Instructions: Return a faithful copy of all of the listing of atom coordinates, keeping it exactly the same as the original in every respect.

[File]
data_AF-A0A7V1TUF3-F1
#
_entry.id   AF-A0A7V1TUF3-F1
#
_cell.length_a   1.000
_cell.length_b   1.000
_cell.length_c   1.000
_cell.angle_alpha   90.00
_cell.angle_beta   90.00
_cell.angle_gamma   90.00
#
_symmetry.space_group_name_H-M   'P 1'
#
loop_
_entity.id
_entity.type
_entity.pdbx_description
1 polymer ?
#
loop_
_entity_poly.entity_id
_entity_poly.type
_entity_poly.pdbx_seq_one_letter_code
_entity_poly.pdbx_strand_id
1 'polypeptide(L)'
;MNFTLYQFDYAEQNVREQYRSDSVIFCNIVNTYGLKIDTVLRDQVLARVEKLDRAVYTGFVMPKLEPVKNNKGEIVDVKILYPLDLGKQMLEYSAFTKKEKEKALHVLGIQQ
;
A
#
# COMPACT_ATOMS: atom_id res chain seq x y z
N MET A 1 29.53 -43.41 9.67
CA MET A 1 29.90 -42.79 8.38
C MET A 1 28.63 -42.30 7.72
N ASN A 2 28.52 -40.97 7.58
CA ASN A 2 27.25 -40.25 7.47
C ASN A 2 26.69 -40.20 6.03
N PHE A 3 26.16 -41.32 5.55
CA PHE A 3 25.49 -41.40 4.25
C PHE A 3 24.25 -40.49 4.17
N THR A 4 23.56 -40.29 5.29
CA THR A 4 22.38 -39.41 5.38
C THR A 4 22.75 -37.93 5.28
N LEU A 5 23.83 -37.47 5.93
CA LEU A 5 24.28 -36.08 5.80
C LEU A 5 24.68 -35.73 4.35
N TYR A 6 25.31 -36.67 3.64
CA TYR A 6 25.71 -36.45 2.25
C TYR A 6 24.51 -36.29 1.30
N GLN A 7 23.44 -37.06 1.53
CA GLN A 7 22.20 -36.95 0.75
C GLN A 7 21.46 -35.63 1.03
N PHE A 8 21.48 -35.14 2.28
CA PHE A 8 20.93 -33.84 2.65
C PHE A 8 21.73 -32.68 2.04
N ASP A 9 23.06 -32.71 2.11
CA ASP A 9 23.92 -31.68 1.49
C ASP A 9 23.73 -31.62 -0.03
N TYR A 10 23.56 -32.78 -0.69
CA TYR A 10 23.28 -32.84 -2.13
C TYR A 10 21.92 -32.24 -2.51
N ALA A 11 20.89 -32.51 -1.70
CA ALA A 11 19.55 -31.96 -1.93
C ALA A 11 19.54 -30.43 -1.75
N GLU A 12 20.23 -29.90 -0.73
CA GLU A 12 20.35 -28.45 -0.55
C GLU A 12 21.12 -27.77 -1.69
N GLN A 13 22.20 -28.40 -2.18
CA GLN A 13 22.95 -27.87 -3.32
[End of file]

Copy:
data_AF-A0A7V1TUF3-F1
#
_entry.id   AF-A0A7V1TUF3-F1
#
_cell.length_a   1.000
_cell.length_b   1.000
_cell.length_c   1.000
_cell.angle_alpha   90.00
_cell.angle_beta   90.00
_cell.angle_gamma   90.00
#
_symmetry.space_group_name_H-M   'P 1'
#
loop_
_entity.id
_entity.type
_entity.pdbx_description
1 polymer ?
#
loop_
_entity_poly.entity_id
_entity_poly.type
_entity_poly.pdbx_seq_one_letter_code
_entity_poly.pdbx_strand_id
1 'polypeptide(L)'
;MNFTLYQFDYAEQNVREQYRSDSVIFCNIVNTYGLKIDTVLRDQVLARVEKLDRAVYTGFVMPKLEPVKNNKGEIVDVKILYPLDLGKQMLEYSAFTKKEKEKALHVLGIQQ
;
A
#
# COMPACT_ATOMS: atom_id res chain seq x y z
N MET A 1 29.53 -43.41 9.67
CA MET A 1 29.90 -42.79 8.38
C MET A 1 28.63 -42.30 7.72
N ASN A 2 28.52 -40.97 7.58
CA ASN A 2 27.25 -40.25 7.47
C ASN A 2 26.69 -40.20 6.03
N PHE A 3 26.16 -41.32 5.55
CA PHE A 3 25.49 -41.40 4.25
C PHE A 3 24.25 -40.49 4.17
N THR A 4 23.56 -40.29 5.29
CA THR A 4 22.38 -39.41 5.38
C THR A 4 22.75 -37.93 5.28
N LEU A 5 23.83 -37.47 5.93
CA LEU A 5 24.28 -36.08 5.80
C LEU A 5 24.68 -35.73 4.35
N TYR A 6 25.31 -36.67 3.64
CA TYR A 6 25.71 -36.45 2.25
C TYR A 6 24.51 -36.29 1.30
N GLN A 7 23.44 -37.06 1.53
CA GLN A 7 22.20 -36.95 0.75
C GLN A 7 21.46 -35.63 1.03
N PHE A 8 21.48 -35.14 2.28
CA PHE A 8 20.93 -33.84 2.65
C PHE A 8 21.73 -32.68 2.04
N ASP A 9 23.06 -32.71 2.11
CA ASP A 9 23.92 -31.68 1.49
C ASP A 9 23.73 -31.62 -0.03
N TYR A 10 23.56 -32.78 -0.69
CA TYR A 10 23.28 -32.84 -2.13
C TYR A 10 21.92 -32.24 -2.51
N ALA A 11 20.89 -32.51 -1.70
CA ALA A 11 19.55 -31.96 -1.93
C ALA A 11 19.54 -30.43 -1.75
N GLU A 12 20.23 -29.90 -0.73
CA GLU A 12 20.35 -28.45 -0.55
C GLU A 12 21.12 -27.77 -1.69
N GLN A 13 22.20 -28.40 -2.18
CA GLN A 13 22.95 -27.87 -3.32